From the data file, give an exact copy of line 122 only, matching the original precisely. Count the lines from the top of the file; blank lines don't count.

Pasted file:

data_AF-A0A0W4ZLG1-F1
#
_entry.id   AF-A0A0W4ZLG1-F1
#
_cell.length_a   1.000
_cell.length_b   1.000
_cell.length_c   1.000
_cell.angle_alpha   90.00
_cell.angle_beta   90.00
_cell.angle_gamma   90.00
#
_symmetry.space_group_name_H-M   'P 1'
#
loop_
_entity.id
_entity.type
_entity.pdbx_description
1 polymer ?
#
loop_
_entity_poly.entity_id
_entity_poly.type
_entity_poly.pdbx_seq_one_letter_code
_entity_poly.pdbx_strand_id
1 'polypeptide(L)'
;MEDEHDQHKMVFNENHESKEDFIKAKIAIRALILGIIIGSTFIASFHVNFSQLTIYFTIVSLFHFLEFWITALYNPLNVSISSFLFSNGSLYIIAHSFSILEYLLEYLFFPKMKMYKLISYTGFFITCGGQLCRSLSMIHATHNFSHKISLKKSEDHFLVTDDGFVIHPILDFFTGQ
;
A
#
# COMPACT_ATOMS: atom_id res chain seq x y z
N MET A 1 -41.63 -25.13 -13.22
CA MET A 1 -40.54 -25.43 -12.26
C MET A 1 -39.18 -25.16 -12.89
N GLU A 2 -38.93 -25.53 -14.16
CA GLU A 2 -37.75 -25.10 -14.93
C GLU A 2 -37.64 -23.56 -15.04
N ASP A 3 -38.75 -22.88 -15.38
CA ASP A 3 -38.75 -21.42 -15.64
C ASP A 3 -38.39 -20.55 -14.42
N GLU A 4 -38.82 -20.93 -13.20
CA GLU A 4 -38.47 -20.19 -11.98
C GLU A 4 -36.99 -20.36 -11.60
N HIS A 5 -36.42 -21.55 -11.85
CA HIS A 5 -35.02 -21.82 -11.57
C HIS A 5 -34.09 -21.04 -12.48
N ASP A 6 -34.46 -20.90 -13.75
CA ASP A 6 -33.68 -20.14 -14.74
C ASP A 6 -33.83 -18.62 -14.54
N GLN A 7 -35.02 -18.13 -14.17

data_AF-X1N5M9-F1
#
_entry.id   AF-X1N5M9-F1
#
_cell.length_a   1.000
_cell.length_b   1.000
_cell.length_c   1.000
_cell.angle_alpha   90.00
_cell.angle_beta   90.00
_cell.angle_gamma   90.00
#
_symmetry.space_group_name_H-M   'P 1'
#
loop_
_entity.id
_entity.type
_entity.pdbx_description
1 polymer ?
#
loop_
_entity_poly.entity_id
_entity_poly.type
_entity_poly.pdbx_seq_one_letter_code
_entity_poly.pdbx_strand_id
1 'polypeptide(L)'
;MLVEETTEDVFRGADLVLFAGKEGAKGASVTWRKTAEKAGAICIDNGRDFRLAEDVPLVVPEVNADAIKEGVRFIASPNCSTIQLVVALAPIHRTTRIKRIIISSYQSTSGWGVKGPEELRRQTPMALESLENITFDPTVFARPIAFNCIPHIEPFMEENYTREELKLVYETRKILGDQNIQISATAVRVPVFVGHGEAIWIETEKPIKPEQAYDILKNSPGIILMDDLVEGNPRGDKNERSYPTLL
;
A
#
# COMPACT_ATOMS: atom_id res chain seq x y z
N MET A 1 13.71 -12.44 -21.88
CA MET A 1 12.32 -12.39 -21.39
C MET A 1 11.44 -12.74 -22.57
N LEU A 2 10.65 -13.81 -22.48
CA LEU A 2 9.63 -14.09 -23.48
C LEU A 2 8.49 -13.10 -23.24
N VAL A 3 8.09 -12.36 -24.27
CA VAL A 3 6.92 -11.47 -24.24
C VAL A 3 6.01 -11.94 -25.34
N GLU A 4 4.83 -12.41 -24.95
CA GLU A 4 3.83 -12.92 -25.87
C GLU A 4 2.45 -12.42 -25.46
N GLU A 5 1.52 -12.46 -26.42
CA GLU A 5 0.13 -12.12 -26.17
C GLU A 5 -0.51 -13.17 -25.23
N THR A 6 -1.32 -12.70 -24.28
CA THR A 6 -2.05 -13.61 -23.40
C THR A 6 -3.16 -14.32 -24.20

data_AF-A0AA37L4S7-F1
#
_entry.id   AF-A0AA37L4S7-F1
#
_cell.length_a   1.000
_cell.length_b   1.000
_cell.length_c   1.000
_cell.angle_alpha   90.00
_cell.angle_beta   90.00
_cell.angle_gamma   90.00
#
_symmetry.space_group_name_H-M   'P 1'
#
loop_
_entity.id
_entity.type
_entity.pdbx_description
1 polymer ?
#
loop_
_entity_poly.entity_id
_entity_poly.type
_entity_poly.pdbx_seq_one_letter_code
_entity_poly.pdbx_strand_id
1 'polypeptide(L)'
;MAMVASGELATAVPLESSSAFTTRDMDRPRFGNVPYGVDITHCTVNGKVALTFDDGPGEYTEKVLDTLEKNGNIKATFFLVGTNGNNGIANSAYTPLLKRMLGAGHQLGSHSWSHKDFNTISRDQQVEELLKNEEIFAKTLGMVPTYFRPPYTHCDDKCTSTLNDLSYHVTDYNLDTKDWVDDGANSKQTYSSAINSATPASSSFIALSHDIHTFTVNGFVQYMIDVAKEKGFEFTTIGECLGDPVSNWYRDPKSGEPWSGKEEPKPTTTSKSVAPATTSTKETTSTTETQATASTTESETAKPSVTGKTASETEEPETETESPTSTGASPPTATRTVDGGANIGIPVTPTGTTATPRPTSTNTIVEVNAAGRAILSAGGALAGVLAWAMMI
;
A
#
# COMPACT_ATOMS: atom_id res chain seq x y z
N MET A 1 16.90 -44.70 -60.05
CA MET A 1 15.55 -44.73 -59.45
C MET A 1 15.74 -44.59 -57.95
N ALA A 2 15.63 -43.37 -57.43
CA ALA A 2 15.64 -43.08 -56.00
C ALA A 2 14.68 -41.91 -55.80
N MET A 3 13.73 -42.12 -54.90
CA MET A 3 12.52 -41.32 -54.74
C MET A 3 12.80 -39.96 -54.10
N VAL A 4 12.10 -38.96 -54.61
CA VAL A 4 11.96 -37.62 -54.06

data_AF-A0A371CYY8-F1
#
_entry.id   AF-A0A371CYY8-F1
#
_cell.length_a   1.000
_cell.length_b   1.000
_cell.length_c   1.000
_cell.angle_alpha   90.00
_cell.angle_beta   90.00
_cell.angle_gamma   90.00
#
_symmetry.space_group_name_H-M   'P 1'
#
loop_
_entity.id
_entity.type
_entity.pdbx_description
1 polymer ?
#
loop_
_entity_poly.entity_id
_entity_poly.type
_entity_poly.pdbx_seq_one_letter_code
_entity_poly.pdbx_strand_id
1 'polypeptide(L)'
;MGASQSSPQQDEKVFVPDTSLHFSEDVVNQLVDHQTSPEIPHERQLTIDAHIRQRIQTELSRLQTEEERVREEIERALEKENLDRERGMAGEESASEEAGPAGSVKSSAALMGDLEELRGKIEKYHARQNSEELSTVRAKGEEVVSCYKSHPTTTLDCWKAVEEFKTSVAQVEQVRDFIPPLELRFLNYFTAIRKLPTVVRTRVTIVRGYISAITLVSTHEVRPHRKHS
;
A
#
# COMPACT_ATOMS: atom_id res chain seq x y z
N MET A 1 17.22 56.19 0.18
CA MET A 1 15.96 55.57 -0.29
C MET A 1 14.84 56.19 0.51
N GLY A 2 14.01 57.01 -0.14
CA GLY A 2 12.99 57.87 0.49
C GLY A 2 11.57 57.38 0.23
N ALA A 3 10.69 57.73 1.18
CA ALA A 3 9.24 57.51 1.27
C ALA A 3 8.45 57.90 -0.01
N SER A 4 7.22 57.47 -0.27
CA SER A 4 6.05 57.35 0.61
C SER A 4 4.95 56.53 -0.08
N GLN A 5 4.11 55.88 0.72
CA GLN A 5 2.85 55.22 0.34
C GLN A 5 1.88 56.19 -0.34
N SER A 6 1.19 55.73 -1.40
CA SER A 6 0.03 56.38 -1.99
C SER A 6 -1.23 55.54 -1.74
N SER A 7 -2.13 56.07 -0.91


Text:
1 'polypeptide(L)'